Does such a threat require as a response “dialogue” and “turning the other cheek”? Or does it require the sort of reaction that was present in abundance, from the Church also, during the days of Sobieski?? It seems we are lost, like sheep blinded by headlights. And unless churches and their flock can react in a solid and decided fashion, based on the understanding that our religion and civilisation is here to survive and to thrive, we will be doomed, and writers like “Mujahedin” in the link above may have their perverted dreams come true…

    • Qatar v.s. KSA v.s. Iran. They will burn all three in hell unless they give up all their money and all their oil to me. Verily, I am the Prophet!


  7. The official organizations of the churches have made themselves entirely irrelevant to the equation anyway. Nothing that they do with the government funding is going to contribute to the ability of Christians to oppose Islamic invasion. On the other hand, if that funding doesn’t go to the churches it will just go to some other irrelevant and wasteful cause.

    • It all depends on which Protestants. As an “**!Ugh! Fundamentalist!”, I see Islam as a false religion that leads people to Hell, even if I weep while I say it.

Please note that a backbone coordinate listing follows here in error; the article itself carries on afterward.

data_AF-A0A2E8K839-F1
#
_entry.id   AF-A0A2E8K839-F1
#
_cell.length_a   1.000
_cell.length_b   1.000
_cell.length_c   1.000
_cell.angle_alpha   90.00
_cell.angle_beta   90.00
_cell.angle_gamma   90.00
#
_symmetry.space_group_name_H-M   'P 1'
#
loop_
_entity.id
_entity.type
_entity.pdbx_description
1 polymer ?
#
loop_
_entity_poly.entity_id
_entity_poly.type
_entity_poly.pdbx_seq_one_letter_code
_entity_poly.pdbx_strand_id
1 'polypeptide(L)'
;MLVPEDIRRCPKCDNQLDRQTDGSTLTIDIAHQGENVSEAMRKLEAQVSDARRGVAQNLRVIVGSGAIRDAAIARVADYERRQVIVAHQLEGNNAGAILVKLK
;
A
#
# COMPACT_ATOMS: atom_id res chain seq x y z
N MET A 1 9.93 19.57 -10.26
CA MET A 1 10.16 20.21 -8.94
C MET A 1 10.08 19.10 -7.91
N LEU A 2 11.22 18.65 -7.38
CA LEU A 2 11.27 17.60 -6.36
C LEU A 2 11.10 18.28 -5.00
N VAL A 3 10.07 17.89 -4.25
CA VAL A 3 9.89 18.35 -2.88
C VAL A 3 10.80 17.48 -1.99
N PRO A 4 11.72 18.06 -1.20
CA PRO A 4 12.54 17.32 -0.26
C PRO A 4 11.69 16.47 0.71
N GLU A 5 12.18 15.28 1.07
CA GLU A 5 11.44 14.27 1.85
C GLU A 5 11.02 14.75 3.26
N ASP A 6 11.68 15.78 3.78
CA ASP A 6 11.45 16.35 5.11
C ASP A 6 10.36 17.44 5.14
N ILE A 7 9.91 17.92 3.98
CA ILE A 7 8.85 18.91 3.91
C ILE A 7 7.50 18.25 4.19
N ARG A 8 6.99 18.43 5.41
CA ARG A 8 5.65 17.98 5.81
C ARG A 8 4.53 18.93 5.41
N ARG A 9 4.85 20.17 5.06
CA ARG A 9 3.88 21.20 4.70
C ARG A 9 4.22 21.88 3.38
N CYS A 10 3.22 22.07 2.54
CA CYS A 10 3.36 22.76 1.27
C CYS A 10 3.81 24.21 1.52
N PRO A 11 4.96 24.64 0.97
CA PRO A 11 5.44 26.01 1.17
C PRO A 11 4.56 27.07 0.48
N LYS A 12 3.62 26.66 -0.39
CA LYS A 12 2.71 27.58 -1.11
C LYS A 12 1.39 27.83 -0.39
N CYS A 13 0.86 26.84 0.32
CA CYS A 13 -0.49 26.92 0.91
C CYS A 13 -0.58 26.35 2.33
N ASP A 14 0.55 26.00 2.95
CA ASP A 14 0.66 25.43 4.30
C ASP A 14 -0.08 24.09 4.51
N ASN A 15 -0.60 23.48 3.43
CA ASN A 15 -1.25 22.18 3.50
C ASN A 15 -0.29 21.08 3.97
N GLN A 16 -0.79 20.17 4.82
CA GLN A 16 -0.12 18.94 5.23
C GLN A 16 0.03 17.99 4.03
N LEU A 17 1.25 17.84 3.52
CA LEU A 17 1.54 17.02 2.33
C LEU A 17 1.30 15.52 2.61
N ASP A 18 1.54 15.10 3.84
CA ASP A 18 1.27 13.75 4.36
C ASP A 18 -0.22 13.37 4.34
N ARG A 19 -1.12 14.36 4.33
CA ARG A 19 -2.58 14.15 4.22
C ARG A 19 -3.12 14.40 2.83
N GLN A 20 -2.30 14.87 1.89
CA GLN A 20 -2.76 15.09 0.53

The official “Protestant” churches long ago adopted a critical attitude towards the Bible and an uncritical one towards cultural trends. The result was that back in the 1930’s, “Protestant” theologians such as Walter Grundemann and Immanuel Hirsch decided that Jesus was an Aryan and a fighter for Aryandom. After the war, Grundemann became a very subservient catspaw of the East German state.

      Were Martin Luther, Martin Chemnitz, Martin Butzer, Johannes Althusius, Zacharius Ursinus, or any other devout representative of either the Lutheran or Reformed tradition in Germany alive today, he would probably stand up publicly the day following the attack, calling on the people to praya for God’s protection, and lead them in repenting of tolerating the teaching of infidel doctrines (such as the non-divinity of Jesus Christ and the irrelevance of his crucifixion, the acceptance of Islam “as another way to God”, and respecting a Popish Antichrist who kissed the blasphemous Qur’an.

      And the Lutherans would probably let loose a loud chorus of Ein feste’ Burg ist Unser Gott, while the Reformierte would probably raise the strains of Psalm 68: